Plasma metabolite predictors of metabolic syndrome incidence and reversion

Research output: Contribution to journalJournal articleResearchpeer-review

  • Zhila Semnani-Azad
  • Estefanía Toledo
  • Nancy Babio
  • Miguel Ruiz-Canela
  • Clemens Wittenbecher
  • Cristina Razquin
  • Fenglei Wang
  • Courtney Dennis
  • Amy Deik
  • Clary B. Clish
  • Dolores Corella
  • Montserrat Fitó
  • Ramon Estruch
  • Fernando Arós
  • Emilio Ros
  • Jesús García-Gavilan
  • Liming Liang
  • Jordi Salas-Salvadó
  • Miguel A. Martínez-González
  • Frank B. Hu

Background: Metabolic Syndrome (MetS) is a progressive pathophysiological state defined by a cluster of cardiometabolic traits. However, little is known about metabolites that may be predictors of MetS incidence or reversion. Our objective was to identify plasma metabolites associated with MetS incidence or MetS reversion. Methods: The study included 1468 participants without cardiovascular disease (CVD) but at high CVD risk at enrollment from two case-cohort studies nested within the PREvención con DIeta MEDiterránea (PREDIMED) study with baseline metabolomics data. MetS was defined in accordance with the harmonized International Diabetes Federation and the American Heart Association/National Heart, Lung, and Blood Institute criteria, which include meeting 3 or more thresholds for waist circumference, triglyceride, HDL cholesterol, blood pressure, and fasting blood glucose. MetS incidence was defined by not having MetS at baseline but meeting the MetS criteria at a follow-up visit. MetS reversion was defined by MetS at baseline but not meeting MetS criteria at a follow-up visit. Plasma metabolome was profiled by LC-MS. Multivariable-adjusted Cox regression models and elastic net regularized regressions were used to assess the association of 385 annotated metabolites with MetS incidence and MetS reversion after adjusting for potential risk factors. Results: Of the 603 participants without baseline MetS, 298 developed MetS over the median 4.8-year follow-up. Of the 865 participants with baseline MetS, 285 experienced MetS reversion. A total of 103 and 88 individual metabolites were associated with MetS incidence and MetS reversion, respectively, after adjusting for confounders and false discovery rate correction. A metabolomic signature comprised of 77 metabolites was robustly associated with MetS incidence (HR: 1.56 (95 % CI: 1.33–1.83)), and a metabolomic signature of 83 metabolites associated with MetS reversion (HR: 1.44 (95 % CI: 1.25–1.67)), both p < 0.001. The MetS incidence and reversion signatures included several lipids (mainly glycerolipids and glycerophospholipids) and branched-chain amino acids. Conclusion: We identified unique metabolomic signatures, primarily comprised of lipids (including glycolipids and glycerophospholipids) and branched-chain amino acids robustly associated with MetS incidence; and several amino acids and glycerophospholipids associated with MetS reversion. These signatures provide novel insights on potential distinct mechanisms underlying the conditions leading to the incidence or reversion of MetS.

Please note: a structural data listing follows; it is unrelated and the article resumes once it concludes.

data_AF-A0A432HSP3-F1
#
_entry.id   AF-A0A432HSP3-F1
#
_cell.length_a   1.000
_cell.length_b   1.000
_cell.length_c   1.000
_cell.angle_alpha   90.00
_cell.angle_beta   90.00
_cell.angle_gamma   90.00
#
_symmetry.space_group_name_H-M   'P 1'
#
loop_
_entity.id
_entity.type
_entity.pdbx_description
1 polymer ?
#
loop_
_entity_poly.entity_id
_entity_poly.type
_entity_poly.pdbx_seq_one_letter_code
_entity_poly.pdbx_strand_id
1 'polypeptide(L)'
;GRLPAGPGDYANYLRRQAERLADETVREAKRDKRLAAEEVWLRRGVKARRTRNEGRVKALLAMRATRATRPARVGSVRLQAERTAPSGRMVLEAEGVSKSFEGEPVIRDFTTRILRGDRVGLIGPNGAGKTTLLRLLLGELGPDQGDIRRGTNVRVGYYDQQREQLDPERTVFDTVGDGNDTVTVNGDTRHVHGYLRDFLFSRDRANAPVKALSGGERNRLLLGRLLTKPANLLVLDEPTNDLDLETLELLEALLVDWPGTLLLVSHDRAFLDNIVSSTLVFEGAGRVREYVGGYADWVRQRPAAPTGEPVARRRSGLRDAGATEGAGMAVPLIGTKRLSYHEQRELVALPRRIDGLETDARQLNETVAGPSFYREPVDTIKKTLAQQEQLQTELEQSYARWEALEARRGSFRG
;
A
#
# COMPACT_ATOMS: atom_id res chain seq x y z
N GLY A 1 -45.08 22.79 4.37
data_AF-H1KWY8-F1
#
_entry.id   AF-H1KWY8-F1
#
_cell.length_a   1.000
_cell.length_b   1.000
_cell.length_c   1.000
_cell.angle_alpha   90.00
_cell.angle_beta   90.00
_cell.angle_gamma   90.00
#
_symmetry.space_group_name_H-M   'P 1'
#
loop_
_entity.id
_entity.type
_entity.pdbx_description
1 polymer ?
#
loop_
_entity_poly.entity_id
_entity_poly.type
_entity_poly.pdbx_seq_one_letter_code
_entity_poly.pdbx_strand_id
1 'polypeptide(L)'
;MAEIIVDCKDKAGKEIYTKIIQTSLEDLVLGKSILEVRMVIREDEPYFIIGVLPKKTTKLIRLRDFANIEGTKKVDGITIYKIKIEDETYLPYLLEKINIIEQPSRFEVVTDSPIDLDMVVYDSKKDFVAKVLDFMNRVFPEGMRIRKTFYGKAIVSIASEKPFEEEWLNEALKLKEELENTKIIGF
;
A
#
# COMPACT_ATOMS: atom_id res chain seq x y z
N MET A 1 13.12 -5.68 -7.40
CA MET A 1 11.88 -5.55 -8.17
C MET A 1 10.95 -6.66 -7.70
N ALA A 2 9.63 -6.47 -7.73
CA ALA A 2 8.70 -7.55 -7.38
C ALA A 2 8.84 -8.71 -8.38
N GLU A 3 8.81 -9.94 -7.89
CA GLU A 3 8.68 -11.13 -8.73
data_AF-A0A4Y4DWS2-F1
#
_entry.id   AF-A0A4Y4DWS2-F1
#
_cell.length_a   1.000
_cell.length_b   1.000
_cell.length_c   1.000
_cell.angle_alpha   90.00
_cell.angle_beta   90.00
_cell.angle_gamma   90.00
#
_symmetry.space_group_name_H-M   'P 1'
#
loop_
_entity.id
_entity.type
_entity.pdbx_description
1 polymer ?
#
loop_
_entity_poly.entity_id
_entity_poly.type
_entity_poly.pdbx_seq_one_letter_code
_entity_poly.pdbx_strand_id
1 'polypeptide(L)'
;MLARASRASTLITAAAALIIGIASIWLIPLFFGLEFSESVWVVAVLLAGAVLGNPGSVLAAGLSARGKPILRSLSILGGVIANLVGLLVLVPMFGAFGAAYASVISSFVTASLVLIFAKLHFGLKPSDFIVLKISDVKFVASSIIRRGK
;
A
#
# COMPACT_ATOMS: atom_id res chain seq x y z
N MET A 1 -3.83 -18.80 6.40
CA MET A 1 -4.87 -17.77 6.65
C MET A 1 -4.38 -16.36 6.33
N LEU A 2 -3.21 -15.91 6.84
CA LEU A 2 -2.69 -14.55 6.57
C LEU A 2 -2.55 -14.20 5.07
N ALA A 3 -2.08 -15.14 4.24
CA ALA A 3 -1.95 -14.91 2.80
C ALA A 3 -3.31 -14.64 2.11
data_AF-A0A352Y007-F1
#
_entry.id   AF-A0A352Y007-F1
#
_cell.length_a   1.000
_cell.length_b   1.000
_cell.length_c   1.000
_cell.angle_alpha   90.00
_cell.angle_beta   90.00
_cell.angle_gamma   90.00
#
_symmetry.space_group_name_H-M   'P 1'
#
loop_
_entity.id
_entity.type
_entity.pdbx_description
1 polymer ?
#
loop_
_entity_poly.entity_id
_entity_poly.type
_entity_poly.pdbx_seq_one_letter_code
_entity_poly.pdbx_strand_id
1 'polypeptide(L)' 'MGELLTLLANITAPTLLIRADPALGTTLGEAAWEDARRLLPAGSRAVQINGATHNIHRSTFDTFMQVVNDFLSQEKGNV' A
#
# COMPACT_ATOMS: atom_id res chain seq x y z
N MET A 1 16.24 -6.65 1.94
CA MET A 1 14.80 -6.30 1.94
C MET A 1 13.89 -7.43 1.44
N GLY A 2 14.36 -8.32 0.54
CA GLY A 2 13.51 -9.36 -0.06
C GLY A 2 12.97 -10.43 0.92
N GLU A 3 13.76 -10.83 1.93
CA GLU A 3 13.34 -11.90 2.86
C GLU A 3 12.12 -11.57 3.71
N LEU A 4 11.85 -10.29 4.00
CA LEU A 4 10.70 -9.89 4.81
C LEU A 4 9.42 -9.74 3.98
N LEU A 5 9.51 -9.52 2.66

Original languageEnglish
Article number155742
JournalMetabolism: Clinical and Experimental
Publication statusPublished - 2024

Bibliographical note

Publisher Copyright:
© 2023

    Research areas

  • Metabolic syndrome, Metabolic syndrome incidence, Metabolic syndrome reversion, Metabolomics, PREDIMED

ID: 378521204